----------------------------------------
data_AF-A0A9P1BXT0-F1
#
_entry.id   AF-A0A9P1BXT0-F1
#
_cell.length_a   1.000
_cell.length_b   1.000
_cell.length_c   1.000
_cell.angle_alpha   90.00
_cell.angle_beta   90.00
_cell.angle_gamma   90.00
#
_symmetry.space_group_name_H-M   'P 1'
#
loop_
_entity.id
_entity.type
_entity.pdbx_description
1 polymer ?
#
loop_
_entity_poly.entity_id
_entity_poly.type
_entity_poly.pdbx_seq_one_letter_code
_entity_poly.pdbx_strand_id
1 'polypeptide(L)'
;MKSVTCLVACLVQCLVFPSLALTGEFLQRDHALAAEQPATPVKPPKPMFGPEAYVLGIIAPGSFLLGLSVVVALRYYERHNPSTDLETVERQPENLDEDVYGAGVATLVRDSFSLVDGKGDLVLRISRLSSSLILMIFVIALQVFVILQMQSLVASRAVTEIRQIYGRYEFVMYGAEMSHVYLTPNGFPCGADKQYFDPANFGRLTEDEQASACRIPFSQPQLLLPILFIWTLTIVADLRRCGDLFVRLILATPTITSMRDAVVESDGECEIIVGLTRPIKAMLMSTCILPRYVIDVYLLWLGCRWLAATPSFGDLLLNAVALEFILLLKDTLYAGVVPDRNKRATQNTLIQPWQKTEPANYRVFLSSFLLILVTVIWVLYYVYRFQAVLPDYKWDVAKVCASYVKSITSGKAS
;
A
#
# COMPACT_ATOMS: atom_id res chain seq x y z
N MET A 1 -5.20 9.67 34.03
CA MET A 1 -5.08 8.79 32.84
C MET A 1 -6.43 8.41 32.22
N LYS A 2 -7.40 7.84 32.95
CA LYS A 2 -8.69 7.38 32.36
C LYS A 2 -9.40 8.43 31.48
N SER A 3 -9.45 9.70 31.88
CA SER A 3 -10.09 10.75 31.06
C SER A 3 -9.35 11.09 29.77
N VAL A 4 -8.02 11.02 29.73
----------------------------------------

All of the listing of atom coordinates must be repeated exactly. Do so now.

data_AF-A0A9P1BXT0-F1
#
_entry.id   AF-A0A9P1BXT0-F1
#
_cell.length_a   1.000
_cell.length_b   1.000
_cell.length_c   1.000
_cell.angle_alpha   90.00
_cell.angle_beta   90.00
_cell.angle_gamma   90.00
#
_symmetry.space_group_name_H-M   'P 1'
#
loop_
_entity.id
_entity.type
_entity.pdbx_description
1 polymer ?
#
loop_
_entity_poly.entity_id
_entity_poly.type
_entity_poly.pdbx_seq_one_letter_code
_entity_poly.pdbx_strand_id
1 'polypeptide(L)'
;MKSVTCLVACLVQCLVFPSLALTGEFLQRDHALAAEQPATPVKPPKPMFGPEAYVLGIIAPGSFLLGLSVVVALRYYERHNPSTDLETVERQPENLDEDVYGAGVATLVRDSFSLVDGKGDLVLRISRLSSSLILMIFVIALQVFVILQMQSLVASRAVTEIRQIYGRYEFVMYGAEMSHVYLTPNGFPCGADKQYFDPANFGRLTEDEQASACRIPFSQPQLLLPILFIWTLTIVADLRRCGDLFVRLILATPTITSMRDAVVESDGECEIIVGLTRPIKAMLMSTCILPRYVIDVYLLWLGCRWLAATPSFGDLLLNAVALEFILLLKDTLYAGVVPDRNKRATQNTLIQPWQKTEPANYRVFLSSFLLILVTVIWVLYYVYRFQAVLPDYKWDVAKVCASYVKSITSGKAS
;
A
#
# COMPACT_ATOMS: atom_id res chain seq x y z
N MET A 1 -5.20 9.67 34.03
CA MET A 1 -5.08 8.79 32.84
C MET A 1 -6.43 8.41 32.22
N LYS A 2 -7.40 7.84 32.95
CA LYS A 2 -8.69 7.38 32.36
C LYS A 2 -9.40 8.43 31.48
N SER A 3 -9.45 9.70 31.88
CA SER A 3 -10.09 10.75 31.06
C SER A 3 -9.35 11.09 29.77
N VAL A 4 -8.02 11.02 29.73